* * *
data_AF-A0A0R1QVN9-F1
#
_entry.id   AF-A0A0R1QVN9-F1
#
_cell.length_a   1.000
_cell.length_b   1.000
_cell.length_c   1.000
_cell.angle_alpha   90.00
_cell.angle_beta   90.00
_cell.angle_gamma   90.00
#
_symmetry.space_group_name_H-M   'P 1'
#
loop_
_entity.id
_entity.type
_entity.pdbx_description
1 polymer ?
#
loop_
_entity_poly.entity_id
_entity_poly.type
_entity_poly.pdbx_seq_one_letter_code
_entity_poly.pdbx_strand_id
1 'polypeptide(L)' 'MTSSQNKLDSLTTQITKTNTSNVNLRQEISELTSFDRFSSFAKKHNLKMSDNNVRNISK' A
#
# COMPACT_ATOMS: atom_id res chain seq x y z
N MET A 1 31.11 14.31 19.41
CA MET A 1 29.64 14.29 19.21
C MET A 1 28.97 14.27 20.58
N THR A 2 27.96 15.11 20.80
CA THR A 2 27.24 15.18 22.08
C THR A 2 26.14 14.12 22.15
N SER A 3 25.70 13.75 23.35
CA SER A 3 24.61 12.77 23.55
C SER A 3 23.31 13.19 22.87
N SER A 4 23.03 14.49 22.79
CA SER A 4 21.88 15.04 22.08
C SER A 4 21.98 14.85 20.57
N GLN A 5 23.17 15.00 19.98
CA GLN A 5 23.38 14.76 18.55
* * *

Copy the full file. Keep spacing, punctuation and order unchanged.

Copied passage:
data_AF-A0A0R1QVN9-F1
#
_entry.id   AF-A0A0R1QVN9-F1
#
_cell.length_a   1.000
_cell.length_b   1.000
_cell.length_c   1.000
_cell.angle_alpha   90.00
_cell.angle_beta   90.00
_cell.angle_gamma   90.00
#
_symmetry.space_group_name_H-M   'P 1'
#
loop_
_entity.id
_entity.type
_entity.pdbx_description
1 polymer ?
#
loop_
_entity_poly.entity_id
_entity_poly.type
_entity_poly.pdbx_seq_one_letter_code
_entity_poly.pdbx_strand_id
1 'polypeptide(L)' 'MTSSQNKLDSLTTQITKTNTSNVNLRQEISELTSFDRFSSFAKKHNLKMSDNNVRNISK' A
#
# COMPACT_ATOMS: atom_id res chain seq x y z
N MET A 1 31.11 14.31 19.41
CA MET A 1 29.64 14.29 19.21
C MET A 1 28.97 14.27 20.58
N THR A 2 27.96 15.11 20.80
CA THR A 2 27.24 15.18 22.08
C THR A 2 26.14 14.12 22.15
N SER A 3 25.70 13.75 23.35
CA SER A 3 24.61 12.77 23.55
C SER A 3 23.31 13.19 22.87
N SER A 4 23.03 14.49 22.79
CA SER A 4 21.88 15.04 22.08
C SER A 4 21.98 14.85 20.57
N GLN A 5 23.17 15.00 19.98
CA GLN A 5 23.38 14.76 18.55